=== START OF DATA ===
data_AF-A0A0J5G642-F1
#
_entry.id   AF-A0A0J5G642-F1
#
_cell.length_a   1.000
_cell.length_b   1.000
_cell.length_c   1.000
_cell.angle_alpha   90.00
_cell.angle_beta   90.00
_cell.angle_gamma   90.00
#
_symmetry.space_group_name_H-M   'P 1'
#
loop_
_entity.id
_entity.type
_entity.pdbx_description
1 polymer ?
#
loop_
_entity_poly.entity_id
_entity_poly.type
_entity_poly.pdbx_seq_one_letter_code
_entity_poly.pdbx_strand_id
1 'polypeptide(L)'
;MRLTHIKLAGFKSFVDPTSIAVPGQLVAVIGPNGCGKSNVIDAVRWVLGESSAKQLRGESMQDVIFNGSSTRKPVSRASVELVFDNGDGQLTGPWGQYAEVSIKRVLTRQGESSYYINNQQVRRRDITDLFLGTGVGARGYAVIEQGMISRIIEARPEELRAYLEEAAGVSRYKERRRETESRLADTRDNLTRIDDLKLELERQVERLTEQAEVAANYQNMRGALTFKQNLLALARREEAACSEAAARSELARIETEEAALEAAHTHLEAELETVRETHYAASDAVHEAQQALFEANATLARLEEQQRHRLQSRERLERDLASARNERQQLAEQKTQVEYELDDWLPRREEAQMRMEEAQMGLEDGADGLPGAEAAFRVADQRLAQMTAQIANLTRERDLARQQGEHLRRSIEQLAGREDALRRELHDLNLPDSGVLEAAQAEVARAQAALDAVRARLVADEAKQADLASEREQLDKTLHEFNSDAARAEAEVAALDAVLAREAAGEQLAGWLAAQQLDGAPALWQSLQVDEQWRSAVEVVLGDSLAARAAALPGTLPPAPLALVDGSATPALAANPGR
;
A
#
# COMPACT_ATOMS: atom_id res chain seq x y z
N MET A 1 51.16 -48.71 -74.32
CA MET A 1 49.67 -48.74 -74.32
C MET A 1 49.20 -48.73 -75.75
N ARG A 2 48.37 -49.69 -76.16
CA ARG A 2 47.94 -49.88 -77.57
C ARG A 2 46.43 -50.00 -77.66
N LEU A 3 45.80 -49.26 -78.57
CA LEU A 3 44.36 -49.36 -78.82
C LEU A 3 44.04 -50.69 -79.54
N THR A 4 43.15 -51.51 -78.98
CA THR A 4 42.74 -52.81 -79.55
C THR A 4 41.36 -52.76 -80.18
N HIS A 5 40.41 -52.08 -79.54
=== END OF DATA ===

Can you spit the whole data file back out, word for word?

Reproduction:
data_AF-A0A0J5G642-F1
#
_entry.id   AF-A0A0J5G642-F1
#
_cell.length_a   1.000
_cell.length_b   1.000
_cell.length_c   1.000
_cell.angle_alpha   90.00
_cell.angle_beta   90.00
_cell.angle_gamma   90.00
#
_symmetry.space_group_name_H-M   'P 1'
#
loop_
_entity.id
_entity.type
_entity.pdbx_description
1 polymer ?
#
loop_
_entity_poly.entity_id
_entity_poly.type
_entity_poly.pdbx_seq_one_letter_code
_entity_poly.pdbx_strand_id
1 'polypeptide(L)'
;MRLTHIKLAGFKSFVDPTSIAVPGQLVAVIGPNGCGKSNVIDAVRWVLGESSAKQLRGESMQDVIFNGSSTRKPVSRASVELVFDNGDGQLTGPWGQYAEVSIKRVLTRQGESSYYINNQQVRRRDITDLFLGTGVGARGYAVIEQGMISRIIEARPEELRAYLEEAAGVSRYKERRRETESRLADTRDNLTRIDDLKLELERQVERLTEQAEVAANYQNMRGALTFKQNLLALARREEAACSEAAARSELARIETEEAALEAAHTHLEAELETVRETHYAASDAVHEAQQALFEANATLARLEEQQRHRLQSRERLERDLASARNERQQLAEQKTQVEYELDDWLPRREEAQMRMEEAQMGLEDGADGLPGAEAAFRVADQRLAQMTAQIANLTRERDLARQQGEHLRRSIEQLAGREDALRRELHDLNLPDSGVLEAAQAEVARAQAALDAVRARLVADEAKQADLASEREQLDKTLHEFNSDAARAEAEVAALDAVLAREAAGEQLAGWLAAQQLDGAPALWQSLQVDEQWRSAVEVVLGDSLAARAAALPGTLPPAPLALVDGSATPALAANPGR
;
A
#
# COMPACT_ATOMS: atom_id res chain seq x y z
N MET A 1 51.16 -48.71 -74.32
CA MET A 1 49.67 -48.74 -74.32
C MET A 1 49.20 -48.73 -75.75
N ARG A 2 48.37 -49.69 -76.16
CA ARG A 2 47.94 -49.88 -77.57
C ARG A 2 46.43 -50.00 -77.66
N LEU A 3 45.80 -49.26 -78.57
CA LEU A 3 44.36 -49.36 -78.82
C LEU A 3 44.04 -50.69 -79.54
N THR A 4 43.15 -51.51 -78.98
CA THR A 4 42.74 -52.81 -79.55
C THR A 4 41.36 -52.76 -80.18
N HIS A 5 40.41 -52.08 -79.54